From [[Gogaruco 2012]]
Presenter: [[Yehuda Katz]]
Satisfaction goes through a steep decline overtime
Sandi told you how to contain the mess
Katz will tell you how to clean it up
Gap between assumptions and reality presumes more and more development time
Technical debt is taken on purpose and you imagine you'll pay it down
Unlike technical debt, assumption mismatch you can't be eliminated, you have to plan for it
Good examples of assumption mismatch
Assumption creep up on you and gaps build up over time
Code becomes obsolete
Assumption gap grows but relief doesn't come immediately
We have to do it ourselves, but this will slowly drift
- jQuery DOM Readiness
- Rails security
- Ember data bindings
Assumptions are underlying every decision -- when these assumptions go out of style, you become unhappy with your code
"You can avoid all software problems but writing programs which do one thing and do one thing well"
This misses the mark because this moves the complexity to rapidly evolving public APIs
No matter how hard we try, we get the public APIs wrong
Straw men (sham) objection to Unix Philosophy
In other words, you force problem to the user, place an integration tax on user
The Unix Philosophy requires a stable and well understood public API and interface
It is super important to make your way to stability in the early stages of a project!
...Supply chain management
When we first built cars, vertical integration was the chosen method
Over time, vertical integration gives way to integrated systems
This means we ended up with more stable and reliable supply chain
Every link in the diagram represents a transaction cost (see slide which looks like a pentagon)
Overtime, a lot of these connections fade away -- transaction costs become must cheaper
The solution becomes clear!
One of the main points: Integration gets cheaper, but it doesn't always get cheaper!
Because of this, you spend so much time building standards which don't reduce transaction costs
Rails was a vertically integrated supply chain
Why was this the case? Why did we not have Rack?
Answer: the cost to define Rack (standard) was high and there wasn't a marketplace for the standard
Once little guys come along like sinatra and merb, standards emerge so we don't repeat ourselves
Now we have a ton of standards!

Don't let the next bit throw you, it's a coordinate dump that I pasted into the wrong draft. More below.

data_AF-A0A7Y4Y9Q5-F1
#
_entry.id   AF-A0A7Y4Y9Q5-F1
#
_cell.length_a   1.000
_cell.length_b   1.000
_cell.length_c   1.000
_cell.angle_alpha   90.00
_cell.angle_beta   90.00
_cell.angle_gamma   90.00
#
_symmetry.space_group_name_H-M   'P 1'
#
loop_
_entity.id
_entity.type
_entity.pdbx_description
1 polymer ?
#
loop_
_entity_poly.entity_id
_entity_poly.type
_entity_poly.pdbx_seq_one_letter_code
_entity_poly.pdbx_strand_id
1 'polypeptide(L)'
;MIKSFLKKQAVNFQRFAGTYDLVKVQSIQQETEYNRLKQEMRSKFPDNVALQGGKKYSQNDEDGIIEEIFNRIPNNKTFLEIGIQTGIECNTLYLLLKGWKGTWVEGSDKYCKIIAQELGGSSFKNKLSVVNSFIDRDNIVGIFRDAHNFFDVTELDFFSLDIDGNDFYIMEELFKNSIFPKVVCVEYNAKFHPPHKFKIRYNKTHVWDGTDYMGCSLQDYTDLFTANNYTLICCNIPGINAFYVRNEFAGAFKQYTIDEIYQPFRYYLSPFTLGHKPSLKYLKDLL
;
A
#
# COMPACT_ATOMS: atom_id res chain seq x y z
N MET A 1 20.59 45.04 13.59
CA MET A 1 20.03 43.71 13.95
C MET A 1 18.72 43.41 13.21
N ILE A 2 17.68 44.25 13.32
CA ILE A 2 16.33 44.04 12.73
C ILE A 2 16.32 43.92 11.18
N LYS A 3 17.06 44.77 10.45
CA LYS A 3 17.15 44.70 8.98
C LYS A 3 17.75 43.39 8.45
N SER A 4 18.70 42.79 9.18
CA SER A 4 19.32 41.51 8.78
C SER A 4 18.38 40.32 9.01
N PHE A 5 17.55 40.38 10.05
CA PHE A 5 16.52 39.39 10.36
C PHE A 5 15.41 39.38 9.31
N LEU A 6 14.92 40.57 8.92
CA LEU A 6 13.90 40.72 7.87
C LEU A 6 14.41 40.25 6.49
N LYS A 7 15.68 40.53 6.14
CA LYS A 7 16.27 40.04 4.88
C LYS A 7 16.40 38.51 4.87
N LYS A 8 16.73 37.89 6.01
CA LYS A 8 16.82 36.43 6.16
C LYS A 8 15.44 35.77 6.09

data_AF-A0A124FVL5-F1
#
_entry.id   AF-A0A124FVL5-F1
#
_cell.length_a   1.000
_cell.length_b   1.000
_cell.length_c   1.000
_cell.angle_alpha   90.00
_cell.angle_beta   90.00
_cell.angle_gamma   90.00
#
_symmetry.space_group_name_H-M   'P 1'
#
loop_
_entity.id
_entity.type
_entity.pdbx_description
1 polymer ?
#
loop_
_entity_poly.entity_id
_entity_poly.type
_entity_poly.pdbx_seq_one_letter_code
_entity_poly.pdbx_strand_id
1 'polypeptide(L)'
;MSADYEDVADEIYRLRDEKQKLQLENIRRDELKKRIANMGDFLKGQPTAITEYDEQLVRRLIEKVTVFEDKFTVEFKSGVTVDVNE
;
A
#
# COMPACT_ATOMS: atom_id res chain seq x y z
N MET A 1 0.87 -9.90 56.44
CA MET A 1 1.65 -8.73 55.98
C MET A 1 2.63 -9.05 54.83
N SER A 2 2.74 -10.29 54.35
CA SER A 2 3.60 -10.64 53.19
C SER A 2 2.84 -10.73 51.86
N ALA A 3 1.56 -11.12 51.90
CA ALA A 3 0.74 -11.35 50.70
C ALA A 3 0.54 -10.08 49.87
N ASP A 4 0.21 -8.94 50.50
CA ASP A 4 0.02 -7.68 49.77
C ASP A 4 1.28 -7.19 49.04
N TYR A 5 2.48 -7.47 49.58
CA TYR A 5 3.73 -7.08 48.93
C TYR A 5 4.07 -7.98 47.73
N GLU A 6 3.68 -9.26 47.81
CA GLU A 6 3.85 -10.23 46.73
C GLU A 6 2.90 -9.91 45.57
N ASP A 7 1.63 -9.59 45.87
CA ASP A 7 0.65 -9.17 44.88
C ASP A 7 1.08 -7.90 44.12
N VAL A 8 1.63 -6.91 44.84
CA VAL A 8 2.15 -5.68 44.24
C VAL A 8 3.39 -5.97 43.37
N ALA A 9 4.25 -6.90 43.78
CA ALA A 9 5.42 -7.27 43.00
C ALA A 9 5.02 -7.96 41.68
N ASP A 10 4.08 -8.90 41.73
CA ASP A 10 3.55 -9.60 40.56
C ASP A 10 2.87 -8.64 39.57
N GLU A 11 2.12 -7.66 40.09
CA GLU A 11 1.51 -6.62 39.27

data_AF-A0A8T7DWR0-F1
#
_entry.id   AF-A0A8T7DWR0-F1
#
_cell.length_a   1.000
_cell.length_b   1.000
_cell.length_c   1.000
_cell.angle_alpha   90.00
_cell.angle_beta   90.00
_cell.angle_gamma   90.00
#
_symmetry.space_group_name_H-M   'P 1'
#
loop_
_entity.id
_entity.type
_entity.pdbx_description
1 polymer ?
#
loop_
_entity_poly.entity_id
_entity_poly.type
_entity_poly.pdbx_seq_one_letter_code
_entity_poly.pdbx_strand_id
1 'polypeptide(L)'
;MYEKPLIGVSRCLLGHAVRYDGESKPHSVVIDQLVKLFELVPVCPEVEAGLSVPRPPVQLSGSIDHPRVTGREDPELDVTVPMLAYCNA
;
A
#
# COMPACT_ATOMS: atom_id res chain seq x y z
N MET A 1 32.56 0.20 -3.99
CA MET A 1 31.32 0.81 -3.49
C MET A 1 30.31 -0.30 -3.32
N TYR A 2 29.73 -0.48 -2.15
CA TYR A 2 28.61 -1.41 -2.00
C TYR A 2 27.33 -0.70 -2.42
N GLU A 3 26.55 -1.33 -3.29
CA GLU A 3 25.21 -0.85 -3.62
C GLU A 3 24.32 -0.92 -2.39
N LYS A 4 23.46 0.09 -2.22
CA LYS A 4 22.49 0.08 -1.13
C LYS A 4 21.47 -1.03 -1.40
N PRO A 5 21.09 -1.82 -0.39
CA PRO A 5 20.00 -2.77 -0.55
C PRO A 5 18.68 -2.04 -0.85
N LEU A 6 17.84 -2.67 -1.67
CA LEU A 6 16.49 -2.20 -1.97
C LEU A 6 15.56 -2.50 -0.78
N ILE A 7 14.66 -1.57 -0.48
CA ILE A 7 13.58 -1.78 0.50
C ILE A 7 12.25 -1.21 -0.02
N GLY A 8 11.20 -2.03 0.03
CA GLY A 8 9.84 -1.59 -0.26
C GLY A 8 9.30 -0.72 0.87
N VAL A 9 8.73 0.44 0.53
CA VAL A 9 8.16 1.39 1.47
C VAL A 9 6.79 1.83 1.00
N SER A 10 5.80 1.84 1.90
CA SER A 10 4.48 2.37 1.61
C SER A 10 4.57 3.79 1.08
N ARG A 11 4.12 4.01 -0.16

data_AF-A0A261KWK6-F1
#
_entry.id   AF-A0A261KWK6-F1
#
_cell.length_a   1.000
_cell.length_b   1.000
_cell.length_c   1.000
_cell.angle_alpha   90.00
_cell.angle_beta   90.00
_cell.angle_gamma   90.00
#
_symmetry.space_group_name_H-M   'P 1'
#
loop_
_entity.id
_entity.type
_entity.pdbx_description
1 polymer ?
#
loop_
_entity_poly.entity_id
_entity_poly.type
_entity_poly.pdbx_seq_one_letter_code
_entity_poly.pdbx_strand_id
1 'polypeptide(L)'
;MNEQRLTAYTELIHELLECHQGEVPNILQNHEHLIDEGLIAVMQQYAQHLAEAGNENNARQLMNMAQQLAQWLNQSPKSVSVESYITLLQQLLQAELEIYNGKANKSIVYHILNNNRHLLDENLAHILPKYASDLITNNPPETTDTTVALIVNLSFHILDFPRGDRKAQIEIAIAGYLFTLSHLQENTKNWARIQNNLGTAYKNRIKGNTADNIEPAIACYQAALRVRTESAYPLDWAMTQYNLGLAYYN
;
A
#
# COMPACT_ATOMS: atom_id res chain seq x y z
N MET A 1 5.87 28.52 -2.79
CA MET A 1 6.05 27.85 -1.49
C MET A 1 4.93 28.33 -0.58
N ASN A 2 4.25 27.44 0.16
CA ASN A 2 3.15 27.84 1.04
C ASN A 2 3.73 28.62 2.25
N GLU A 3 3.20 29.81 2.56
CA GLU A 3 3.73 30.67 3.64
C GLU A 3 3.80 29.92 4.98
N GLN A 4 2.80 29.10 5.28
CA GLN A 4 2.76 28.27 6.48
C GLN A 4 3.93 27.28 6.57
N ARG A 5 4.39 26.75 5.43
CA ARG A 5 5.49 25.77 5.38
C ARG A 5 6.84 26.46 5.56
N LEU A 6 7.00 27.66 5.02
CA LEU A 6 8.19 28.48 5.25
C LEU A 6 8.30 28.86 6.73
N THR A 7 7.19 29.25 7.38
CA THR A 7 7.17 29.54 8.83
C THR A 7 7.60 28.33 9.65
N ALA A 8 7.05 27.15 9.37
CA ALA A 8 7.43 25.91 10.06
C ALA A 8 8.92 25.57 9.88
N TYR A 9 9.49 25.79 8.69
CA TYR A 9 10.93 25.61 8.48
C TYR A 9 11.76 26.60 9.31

Now we have other integration costs
Who pays the integration costs?
In a good world, the costs are spread out among a bunch of users
What does this mean for software?
Cruft is inevitable because you don't know enough about your product
The real world is messy
You have so many assumptions about platforms, product timeline, user interactions
Solutions you implement are often ugly
Cruft you are building becomes obsolete over time but reflects the cruftiness of the underlying problem
People react to cruft with defensiveness
Eventually, (years and years) cruft becomes received wisdom
Good case: remove the cruft, test failure, you revert (received wisdom)
Bad case: remove the cruft, tests passed, deploy, still breaks, revert
Code builds an immunity "Don't touch that code!" "Its probably there for a reason"
Remember, over time, assumptions change! Code is there for assumption which is no longer relevant
If we need to support something old, the assumption gap will not close
When something which is old for sure, you do analysis of codebase and take a hard look at the assumptions to determine cost of removing cruft
Wins can be gained by readjusting assumptions and starting assumptions from scratch
What is the life cycle of a project? (see slide)
What is a better life cycle?
Track your cruft!!!
When you make an assumption, you should write down the assumption
All assumptions should be visible to the entire team
Re-evaluate assumptions periodically
What to do?
- Keep track of edge cases and cruft
- ...and their impact on architecture
- (see slide)
- Make choices more intentional
Can tests log cruft?
NO! Assumptions must be documented in their own place
Two sets of assumptions
- IE6 DOM issues, so write code
- Our user base is X
If you dont know the answer as to why something is there, you should never say don't touch it. You should reevaluate the assumption.